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Apr 10, 2015

Malware with a Fake Thumbnail Preview

Hello all, this is Yohei Tanaka from Analysis Center.

In this article, I will introduce how recent malware tries to trick users with fake thumbnail previews – I hope this information prevents you from encountering troubles.

The majority of malware distributed via email nowadays are executable files (.exe) or compressed executable files, rather than document files that attempt to leverage software vulnerabilities. We at JPCERT/CC have seen cases where users themselves opened and executed .exe files and unfortunately got infected by the malware.

Thanks to awareness raising efforts, many of you now recognise that those suspicious executable attachments should not be opened. In order to get users infected with malware, attackers now have started to “camouflage” the malicious attachments to look harmless, so they get opened and executed without any doubt of it being malicious. Until recently, malware was disguised by assigning an icon of a well-known application, but it seems that even this method no longer works against security-conscious users.

Figure 1: Samples of malware with disguised icons

Acreportthumbnailicon_picture1

This article describes a little more sophisticated camouflage technique abusing thumbnail preview, which is a relatively new function in Windows.

Thumbnail Preview

Since Windows Vista, if you select icons larger than “Small Icons”, a thumbnail preview of the image file (.jpg, .bmp, etc.), instead of an application icon will be shown (as in “header_logo.gif” in Figure 2). Also, some files other than images can be previewed as an icon. For example, in an environment with Microsoft Power Point, a thumbnail preview will be displayed (as in slide.pptx in Figure 2). When “Medium Icons” or larger is selected, an overlay icon showing the assigned application can be seen in thumbnail preview. For more information on this configuration, please see Appendix A.

Figure 2: An Image file with a thumbnail preview (left) and a Power Point Presentation file (right)

Figure2_2

This feature allows you to easily grasp an overview of the files in Explorer and choose what they are looking for.

Malware with “fake” thumbnail preview

JPCERT/CC has observed malware which use "fake" icons that can be seen as invoice or receipt files as shown in Figure 3. This way, file recipients may tend to focus on the “content” itself rather than the file type – which may give them the idea that the files are safe to open.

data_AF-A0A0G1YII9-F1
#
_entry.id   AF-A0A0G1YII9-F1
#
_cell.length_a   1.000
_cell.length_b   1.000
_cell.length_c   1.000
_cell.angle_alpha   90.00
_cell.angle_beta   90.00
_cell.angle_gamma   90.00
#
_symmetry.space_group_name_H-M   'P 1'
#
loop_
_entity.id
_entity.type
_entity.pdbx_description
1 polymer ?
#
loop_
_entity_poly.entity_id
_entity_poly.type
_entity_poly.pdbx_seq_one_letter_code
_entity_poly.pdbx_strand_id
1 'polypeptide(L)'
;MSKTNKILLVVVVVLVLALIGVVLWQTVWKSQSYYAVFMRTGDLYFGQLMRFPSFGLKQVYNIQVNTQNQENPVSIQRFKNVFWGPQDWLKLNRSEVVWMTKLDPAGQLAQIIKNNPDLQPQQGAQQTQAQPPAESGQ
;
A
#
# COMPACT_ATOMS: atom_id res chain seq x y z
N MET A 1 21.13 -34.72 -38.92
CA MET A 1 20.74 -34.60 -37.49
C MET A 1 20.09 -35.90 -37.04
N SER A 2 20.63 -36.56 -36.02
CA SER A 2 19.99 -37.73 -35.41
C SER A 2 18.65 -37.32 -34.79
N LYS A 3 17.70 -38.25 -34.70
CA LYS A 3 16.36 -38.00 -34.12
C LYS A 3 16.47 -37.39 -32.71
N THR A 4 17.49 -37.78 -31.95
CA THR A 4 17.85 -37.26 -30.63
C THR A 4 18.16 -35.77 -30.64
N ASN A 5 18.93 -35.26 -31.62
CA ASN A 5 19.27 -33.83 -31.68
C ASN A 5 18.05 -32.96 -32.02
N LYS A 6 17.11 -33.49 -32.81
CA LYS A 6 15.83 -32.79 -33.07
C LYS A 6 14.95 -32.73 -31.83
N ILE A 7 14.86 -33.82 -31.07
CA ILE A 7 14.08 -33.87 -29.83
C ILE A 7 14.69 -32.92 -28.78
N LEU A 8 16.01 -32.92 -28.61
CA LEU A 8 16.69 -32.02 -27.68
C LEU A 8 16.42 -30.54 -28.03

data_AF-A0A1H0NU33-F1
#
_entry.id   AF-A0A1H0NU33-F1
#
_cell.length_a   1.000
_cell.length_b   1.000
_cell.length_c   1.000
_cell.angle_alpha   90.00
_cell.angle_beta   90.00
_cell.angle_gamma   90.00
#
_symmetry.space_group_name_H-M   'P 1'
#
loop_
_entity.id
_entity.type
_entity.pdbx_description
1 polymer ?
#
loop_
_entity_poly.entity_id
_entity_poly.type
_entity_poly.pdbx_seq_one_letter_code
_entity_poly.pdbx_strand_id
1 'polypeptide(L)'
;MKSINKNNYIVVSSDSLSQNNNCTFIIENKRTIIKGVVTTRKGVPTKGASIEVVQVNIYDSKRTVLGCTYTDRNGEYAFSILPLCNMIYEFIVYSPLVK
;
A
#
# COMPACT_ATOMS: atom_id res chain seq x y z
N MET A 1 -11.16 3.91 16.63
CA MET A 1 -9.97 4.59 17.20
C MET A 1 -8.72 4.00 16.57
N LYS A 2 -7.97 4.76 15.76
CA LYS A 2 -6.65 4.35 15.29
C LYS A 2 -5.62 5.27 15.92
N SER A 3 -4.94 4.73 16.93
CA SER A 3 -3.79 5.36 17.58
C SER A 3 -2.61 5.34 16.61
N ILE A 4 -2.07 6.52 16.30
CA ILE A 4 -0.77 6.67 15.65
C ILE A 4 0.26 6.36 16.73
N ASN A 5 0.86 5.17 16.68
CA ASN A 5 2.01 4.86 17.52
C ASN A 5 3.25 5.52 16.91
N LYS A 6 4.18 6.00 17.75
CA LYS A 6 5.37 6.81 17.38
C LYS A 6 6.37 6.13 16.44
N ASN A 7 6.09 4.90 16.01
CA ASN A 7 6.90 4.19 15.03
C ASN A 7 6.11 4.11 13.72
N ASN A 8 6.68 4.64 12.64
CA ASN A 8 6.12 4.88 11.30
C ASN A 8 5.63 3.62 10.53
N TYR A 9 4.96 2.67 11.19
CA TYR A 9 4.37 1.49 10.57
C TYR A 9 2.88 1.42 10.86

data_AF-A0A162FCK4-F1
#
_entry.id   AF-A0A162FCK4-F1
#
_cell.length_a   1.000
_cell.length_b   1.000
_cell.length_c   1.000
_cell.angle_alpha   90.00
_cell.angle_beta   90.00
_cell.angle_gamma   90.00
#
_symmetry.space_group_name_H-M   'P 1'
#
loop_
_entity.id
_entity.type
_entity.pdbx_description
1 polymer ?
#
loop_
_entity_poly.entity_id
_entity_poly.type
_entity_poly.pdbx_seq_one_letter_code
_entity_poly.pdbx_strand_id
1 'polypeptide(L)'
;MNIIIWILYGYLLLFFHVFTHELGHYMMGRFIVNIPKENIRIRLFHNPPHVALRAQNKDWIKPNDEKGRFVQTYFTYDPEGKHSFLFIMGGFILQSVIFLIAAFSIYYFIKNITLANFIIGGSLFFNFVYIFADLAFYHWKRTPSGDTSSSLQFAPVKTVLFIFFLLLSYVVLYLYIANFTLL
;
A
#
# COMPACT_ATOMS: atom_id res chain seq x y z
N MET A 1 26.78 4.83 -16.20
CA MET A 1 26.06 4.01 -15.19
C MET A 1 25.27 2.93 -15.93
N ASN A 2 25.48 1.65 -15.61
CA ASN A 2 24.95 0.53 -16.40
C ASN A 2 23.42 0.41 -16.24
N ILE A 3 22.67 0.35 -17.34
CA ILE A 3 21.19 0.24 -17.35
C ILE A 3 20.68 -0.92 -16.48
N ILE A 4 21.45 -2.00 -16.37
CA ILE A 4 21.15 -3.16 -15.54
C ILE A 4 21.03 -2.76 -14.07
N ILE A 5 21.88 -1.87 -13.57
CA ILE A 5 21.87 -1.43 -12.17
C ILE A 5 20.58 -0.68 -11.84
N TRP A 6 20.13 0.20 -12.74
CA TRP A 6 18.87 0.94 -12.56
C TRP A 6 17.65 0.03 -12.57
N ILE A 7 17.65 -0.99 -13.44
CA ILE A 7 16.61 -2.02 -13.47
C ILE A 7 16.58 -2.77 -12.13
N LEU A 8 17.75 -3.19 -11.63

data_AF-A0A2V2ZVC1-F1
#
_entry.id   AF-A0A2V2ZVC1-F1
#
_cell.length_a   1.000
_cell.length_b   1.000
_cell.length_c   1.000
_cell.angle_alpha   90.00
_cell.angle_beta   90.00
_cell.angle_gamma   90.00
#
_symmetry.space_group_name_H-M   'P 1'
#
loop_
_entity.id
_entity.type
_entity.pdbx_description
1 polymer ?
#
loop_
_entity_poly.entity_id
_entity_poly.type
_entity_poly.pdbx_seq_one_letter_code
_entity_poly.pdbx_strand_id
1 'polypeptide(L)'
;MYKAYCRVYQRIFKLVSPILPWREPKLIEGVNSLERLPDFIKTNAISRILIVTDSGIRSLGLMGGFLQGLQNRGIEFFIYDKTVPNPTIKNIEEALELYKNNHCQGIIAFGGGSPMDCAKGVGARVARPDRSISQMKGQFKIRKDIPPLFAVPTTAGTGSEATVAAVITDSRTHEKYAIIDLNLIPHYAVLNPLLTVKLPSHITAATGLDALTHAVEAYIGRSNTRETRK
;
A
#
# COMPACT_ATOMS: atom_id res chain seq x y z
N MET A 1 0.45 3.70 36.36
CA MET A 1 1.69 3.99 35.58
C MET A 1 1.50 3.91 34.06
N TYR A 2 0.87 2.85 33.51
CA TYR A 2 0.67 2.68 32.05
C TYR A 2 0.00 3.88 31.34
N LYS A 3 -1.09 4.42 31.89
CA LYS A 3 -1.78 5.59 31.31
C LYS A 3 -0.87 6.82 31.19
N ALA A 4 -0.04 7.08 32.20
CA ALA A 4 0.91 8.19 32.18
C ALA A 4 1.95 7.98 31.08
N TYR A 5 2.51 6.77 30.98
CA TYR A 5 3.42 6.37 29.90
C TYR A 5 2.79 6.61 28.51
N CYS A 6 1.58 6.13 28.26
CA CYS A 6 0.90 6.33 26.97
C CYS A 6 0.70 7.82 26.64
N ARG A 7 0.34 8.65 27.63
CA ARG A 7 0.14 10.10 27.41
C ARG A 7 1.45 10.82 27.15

Figure 3: Malware with a fake document/image thumbnail preview (Medium icon)
Figure3_4

We have also seen malware with a fake overlay icon as in Figure 4. It is difficult for you to tell if it is fake or not, just by looking at application icons.

Figure 4: Malware with fake overlay icon

Figure4

How are they displayed when choosing “Extra Large Icons”? In Figure 5, I tried displaying the same malware in the Figure 3 with Extra Large Icons. “malware1.exe” does not have any Extra Large Icon, and it just shows the medium-sized icon in a large-sized frame. From this, you may actually detect that it is a malicious file. However, “malware2.exe” does also have a large-sized icon, and you cannot verify just by looking at this.

Figure 5: Malware with a fake thumbnail preview of document or image (Extra large Icons)

Figure5

However, even for malware with a fake icon as in the second example above, there are ways for you to verify if it is malware or not. You can do so by either checking the “type of file” in Properties as in Figure 6 or in Explorer by expanding to view the details as in Figure 7.

Figure 6: Properties of "malware2.exe"

Figure6a

Figure 7: Malware with fake thumbnail preview of document or image (Detail view on Explorer)

Figure7_8

Summary

Attackers create icons with fake thumbnail previews in alignment with e-mail addressees and/or the contents that they are attached to, so that the recipients feel urged to open the attachment. Malware which looks like invoice or receipt files, as introduced here, is commonly used. Particularly in cases of targeted attack, recipients are deceived by a fake document that reasonably could have been created by the target or someone within the target's organization.

We believe it is important to raise awareness of the general public about these risks so that they have more discretion when it comes to email attachments – not be deceived by the icon “look” but to stop for a second and check before opening.

Thank you for reading.

- Yohei Tanaka


Appendix A: Options on Folders related to Thumbnail Preview
Figure 8: "View" tab in "Folder Option"

Figure8

1. “Always show icons, never thumbnails”

  • Ÿ   Checked: Not show thumbnail previews as icons
  • Ÿ   Unchecked: Show thumbnail previews as icons (Default setting)

2. “Display file icon on thumbnails”

  • Ÿ   Checked: Show an overlay icon in addition to the thumbnail (Default setting)
  • Ÿ   Unchecked: Not show an overlay icon
Appendix B: Sample’s SHA-256 Hash Value
  • malware1: 43cec9a519610592f58c216c7bd1d8a6859f0df506675e32e4834ad021604588
  • malware2: 13b02346c79f79d85eb4c8a0ac4b455bb5e69ae25fae3001bdd2040ffb28eedf
  • malware3: 8605cb1ef0a1cdd89f38fac4e1964cf3f65c5f159edd3d2c5f8b64e93f1aeaee